Veterans Association of America, Inc.
Sunday, May 24, 2020
Serving those who've served this Country

Congress Seeks Change In GI Bill

Lawmakers Urge GI Bill Extension | By Terry Howell | May 09, 2007

Veterans who want to take advantage of the Montgomery GI Bill but have found their eligibility has expired may soon get a second chance with new legislation introduced on Capitol Hill last week.

In an effort to extend the time veterans have to take advantage of their GI Bill benefits, Washington Democratic Senator Maria Cantwell introduced the GI Bill for Life Act that would eliminate the 10-year time limit placed on GI Bill benefits.

The GI Bill for active duty servicemembers and veterans is a 'pay to play' benefit that requires each servicemember to make a $1,200 non-refundable contribution up front. In return for the contribution they can use their entitlement-up to $1,075 per month for 36 months-to help pay for education, apprenticeship, and job training.

The catch is the GI Bill automatically expires 10 years after the veteran leaves active duty service. It's this "use it or loose it" aspect of the GI Bill that has left many veterans feeling misled and cheated.

According to the Department of Veteran Affairs reports, nearly 30 percent of eligible veterans are unable to use any of their education benefits and most eligible veterans are only able to access a portion of their GI Bill before the 10-year limit is reached.

"GI Bill benefits should not come with an expiration date," Cantwell said in a May 1 press release announcing the bill. "When our servicemembers leave the military, family obligations, work commitments and economic difficulties often get in the way."

Many veterans postpone going to school due to several factors including, employment constraints, family obligations, illness and disabilities associated with military service. In many cases 10 years have pass and they simply lose their benefits.

"We need to remove this arbitrary time limit and make sure our veterans can get valuable skills training when the time is right for them," Cantwell added. "Veterans should have access to their education benefits for life."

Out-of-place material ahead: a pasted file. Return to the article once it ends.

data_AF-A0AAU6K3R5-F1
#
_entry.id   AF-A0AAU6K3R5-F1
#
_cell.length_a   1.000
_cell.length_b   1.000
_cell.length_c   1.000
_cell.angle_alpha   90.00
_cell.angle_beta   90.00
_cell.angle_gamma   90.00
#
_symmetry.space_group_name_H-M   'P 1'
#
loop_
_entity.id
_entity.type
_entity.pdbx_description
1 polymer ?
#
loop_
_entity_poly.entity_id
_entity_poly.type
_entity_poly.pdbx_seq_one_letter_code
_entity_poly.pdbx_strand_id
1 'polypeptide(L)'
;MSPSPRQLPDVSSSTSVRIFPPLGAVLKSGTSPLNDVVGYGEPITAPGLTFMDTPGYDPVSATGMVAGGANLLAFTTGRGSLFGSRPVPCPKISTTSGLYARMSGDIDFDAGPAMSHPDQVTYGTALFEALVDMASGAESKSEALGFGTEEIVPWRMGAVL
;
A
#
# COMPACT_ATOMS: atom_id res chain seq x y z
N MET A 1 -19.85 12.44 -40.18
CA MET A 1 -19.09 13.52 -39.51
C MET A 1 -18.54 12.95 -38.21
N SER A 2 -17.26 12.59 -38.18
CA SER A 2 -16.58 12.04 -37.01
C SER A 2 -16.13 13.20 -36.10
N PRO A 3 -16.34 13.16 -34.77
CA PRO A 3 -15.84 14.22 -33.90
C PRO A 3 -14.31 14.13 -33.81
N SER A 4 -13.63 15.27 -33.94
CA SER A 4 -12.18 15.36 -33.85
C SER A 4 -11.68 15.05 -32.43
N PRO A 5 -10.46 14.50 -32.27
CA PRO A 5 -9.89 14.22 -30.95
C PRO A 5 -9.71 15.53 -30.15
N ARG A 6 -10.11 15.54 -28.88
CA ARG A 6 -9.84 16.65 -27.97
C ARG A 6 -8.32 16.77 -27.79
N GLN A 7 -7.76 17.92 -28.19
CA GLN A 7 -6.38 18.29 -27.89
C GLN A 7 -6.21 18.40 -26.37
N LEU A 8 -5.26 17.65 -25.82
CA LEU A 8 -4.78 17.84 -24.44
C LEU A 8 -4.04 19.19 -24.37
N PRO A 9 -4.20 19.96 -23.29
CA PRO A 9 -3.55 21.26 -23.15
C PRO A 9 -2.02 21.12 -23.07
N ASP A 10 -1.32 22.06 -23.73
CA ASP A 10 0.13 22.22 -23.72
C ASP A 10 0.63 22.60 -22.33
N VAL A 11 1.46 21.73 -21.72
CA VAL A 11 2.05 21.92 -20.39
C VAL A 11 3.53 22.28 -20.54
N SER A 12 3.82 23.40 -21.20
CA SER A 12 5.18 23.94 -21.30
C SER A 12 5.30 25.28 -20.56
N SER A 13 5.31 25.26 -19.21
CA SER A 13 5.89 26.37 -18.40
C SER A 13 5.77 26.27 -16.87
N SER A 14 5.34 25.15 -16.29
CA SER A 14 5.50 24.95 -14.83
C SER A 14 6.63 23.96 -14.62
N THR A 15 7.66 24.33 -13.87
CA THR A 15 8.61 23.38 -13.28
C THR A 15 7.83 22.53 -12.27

On the other side of Capitol Hill, House Armed Services Committee member and fellow Washington lawmaker Rep. Rick Larsen (D), will soon introduce identical legislation in the House.

"Times have changed, and we owe it to our veterans to keep up," Larsen said a press release. "In today's changing economy, veterans should be able to get the education they need when they need it."

The Montgomery GI Bill includes active duty as well as reserve component programs: The Montgomery GI Bill for Selected Reserve and the Reserve Education Assistance Program. Unlike the GI Bill for active duty, the Reserve GI Bill does not require a $1,200 contribution, but it does require a service commitment of six or more years.

In addition, enrollees in the reserve program receive up to $309 per month for 36 months in education benefits, and the Reserve GI Bill expires after 14 years - or when the individual leaves the service. In other words, veteran reservists who are out of the service aren't eligible to receive any GI Bill benefits.

The so-called "Cantwell/Larsen Montgomery GI Bill for Life Act of 2007" - S. 1261 - which is cosponsored by Sens. Tom Harkin (D-Iowa) and Sherrod Brown (D-Ohio), would repeal both the 10 year and 14 year deadlines. It doesn't address the reserve component programs' expiration upon leaving the service, however.

With a renewed focus on veterans' issues on Capitol Hill and large influx of war veterans, advocates feel that such legislation has a better momentum this year.

"This legislation will allow veterans that have earned their GI Bill entitlements to use those entitlements to keep up with changes due to technology over the course of their lifetime, thus keeping them more employable," veteran and former Washington VFW commander Frosty Hulsey said in the Cantwell release.

"This bill is a long time overdue. It makes sense and is the right thing to do."